Former President John Mahama has also added his voice to the many calls on government to ditch the proposed Comprehensive Sexuality Education (CSE) guidelines reportedly planned to be included in the new basic education curriculum.
According to John Mahama, the CSE in any form is unacceptable.
In a Facebook post, John Mahama said the government must “respect and uphold the enduring values, norms and the right culture of Ghana” by withdrawing the CSE and focus on improving the quality of education the country.
“What Ghana urgently needs is a substantial improvement in quality education, which is accessible and affordable to all,” Mahama noted.
Read the statement below:
I fully understand the outrage of the moral society and a large majority of parents, opposing the planned introduction of what government and its partners are calling Comprehensive Sexuality Education (CSE).
As noted by the Presbyterian Church of Ghana, Most Rev. Philip Naameh of the Catholic Bishops Conference, Rev. Dr. Paul Frimpong-Manso and National Chief Imam Sheikh Nuhu Sharubutu, this addition to the national curriculum cannot be acceptable in any form. Government must immediately withdraw its policy to promote sexuality, sexuality types and practice among young children as the CSE Guidelines implicitly advocates.
We reject it and note that it is important for Government and all Ghanaians to respect and uphold the enduring values, norms and the rich culture of Ghana.What Ghana urgently needs is a substantial improvement in quality education, which is accessible and affordable to all.
The alleged planned integration of the Comprehensive Sexuality Education in the basic school curriculum has generated mixed reactions from the public with some suggesting that the course is a backdoor attempt to introduce children to LGBT issues.
Others have suggested that the material be limited to pupils in Junior High Schools.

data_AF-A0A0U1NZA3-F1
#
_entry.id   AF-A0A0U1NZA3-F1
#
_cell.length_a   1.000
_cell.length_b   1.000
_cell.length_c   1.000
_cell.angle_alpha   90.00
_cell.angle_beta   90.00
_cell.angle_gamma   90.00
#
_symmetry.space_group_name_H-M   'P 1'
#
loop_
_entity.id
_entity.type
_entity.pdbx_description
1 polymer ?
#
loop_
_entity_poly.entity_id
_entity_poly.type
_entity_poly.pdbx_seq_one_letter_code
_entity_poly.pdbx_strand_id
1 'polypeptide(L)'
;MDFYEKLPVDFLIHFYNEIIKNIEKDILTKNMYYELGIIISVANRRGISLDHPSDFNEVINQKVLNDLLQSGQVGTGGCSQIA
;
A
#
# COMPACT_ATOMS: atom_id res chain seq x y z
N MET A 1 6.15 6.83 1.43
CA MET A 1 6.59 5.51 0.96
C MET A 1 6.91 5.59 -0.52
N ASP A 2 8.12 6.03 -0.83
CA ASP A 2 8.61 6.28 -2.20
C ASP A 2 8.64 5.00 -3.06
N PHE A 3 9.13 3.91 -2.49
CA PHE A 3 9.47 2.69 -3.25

Despite clarification from bodies such as the Ghana Education Service that the curriculum has nothing to do with “LGBT issues, masturbation or explicit display/labeling of intimate body parts” and insisted that the education is meant to inculcate relevant values into pupils, many have vehemently challenged the position, insisting that it is an attempted to propagate sexuality education that does not reflect that values and norms of the Ghanaian society.
The Government subsequently clarified that the approved curriculum framework for basic schools does not include Comprehensive Sexuality Education (CSE).
Addressing the media in Accra on Tuesday, Dr. Matthew Opoku Prempeh, the Education Minister, noted that “no teacher was trained on Comprehensive Sexuality Education.”
“The curriculum framework from KG to P6 that has been approved by Cabinet from the National Council for Curriculum and Assessment for use in the development of school curriculum and published on NACA website does not include anything on Comprehensive Sexuality Education.”
“The curriculum that has been developed out of the framework for use by the Ghana Education Service in all public schools and approved by cabinet and as published does not include comprehensive sexuality education. NACA has not approved any material on Comprehensive Sexuality Education as it is not included in the published curriculum framework,” the Minister insisted.